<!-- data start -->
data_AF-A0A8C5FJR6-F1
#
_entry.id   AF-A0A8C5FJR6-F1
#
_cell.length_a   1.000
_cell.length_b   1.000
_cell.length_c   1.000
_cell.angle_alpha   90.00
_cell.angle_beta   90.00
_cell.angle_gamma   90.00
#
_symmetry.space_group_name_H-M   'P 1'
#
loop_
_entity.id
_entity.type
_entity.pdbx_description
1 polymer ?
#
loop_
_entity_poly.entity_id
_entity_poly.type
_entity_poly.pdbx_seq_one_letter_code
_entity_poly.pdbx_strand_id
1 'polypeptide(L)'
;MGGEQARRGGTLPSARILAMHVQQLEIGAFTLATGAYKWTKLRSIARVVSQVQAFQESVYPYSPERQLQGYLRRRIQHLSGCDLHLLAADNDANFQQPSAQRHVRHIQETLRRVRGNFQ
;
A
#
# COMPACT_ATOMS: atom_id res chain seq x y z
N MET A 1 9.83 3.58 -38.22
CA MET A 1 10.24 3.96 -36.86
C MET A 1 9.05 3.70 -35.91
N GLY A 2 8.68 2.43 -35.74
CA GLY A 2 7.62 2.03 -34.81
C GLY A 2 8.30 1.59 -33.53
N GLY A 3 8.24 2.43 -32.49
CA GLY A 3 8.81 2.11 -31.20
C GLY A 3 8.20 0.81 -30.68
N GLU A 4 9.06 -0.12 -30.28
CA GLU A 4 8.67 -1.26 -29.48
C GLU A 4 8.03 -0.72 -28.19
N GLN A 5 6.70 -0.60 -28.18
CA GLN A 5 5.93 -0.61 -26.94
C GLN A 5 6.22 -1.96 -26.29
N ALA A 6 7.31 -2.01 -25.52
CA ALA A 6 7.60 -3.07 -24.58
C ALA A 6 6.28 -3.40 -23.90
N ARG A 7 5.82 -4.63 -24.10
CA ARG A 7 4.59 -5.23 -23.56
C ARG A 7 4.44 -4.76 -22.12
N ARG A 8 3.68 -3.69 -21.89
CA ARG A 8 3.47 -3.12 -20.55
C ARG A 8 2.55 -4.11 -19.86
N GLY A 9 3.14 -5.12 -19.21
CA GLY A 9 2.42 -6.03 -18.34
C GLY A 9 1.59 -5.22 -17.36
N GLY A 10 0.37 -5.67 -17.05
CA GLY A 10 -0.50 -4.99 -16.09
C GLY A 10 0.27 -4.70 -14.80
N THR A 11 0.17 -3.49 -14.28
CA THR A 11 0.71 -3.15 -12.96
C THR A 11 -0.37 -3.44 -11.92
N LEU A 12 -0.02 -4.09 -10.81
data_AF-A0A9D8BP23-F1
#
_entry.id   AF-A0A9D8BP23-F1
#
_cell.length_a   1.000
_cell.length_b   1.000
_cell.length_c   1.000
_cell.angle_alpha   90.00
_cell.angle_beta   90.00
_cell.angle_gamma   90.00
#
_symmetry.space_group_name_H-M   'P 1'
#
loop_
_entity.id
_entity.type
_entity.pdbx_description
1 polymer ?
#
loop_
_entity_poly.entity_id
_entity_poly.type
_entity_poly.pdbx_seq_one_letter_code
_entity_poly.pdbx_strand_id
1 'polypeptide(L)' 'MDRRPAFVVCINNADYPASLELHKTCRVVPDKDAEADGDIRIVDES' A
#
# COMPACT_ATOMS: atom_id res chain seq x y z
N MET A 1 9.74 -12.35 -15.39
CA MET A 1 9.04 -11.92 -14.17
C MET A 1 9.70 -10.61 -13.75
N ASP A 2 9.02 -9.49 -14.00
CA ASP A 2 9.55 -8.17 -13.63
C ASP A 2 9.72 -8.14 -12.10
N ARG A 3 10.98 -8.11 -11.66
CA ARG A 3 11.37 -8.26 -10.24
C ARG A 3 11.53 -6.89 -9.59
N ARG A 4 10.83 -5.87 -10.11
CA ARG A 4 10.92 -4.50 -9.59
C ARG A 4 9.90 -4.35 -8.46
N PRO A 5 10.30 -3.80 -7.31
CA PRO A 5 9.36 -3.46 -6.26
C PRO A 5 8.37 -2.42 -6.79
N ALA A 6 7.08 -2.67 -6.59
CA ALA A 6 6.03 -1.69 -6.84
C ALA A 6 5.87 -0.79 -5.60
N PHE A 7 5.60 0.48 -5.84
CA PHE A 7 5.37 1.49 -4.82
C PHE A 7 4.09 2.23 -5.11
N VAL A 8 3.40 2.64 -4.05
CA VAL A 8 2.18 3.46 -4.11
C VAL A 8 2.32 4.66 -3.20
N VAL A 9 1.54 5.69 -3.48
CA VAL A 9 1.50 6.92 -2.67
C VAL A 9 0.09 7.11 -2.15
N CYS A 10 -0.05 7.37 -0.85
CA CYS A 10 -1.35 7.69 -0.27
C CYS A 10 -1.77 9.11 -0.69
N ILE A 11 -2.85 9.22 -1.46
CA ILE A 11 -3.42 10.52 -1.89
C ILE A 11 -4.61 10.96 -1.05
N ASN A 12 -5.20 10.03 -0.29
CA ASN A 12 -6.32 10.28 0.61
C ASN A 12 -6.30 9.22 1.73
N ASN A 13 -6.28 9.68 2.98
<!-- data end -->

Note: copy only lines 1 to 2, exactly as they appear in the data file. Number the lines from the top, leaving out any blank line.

data_AF-A0A8C5FJR6-F1
#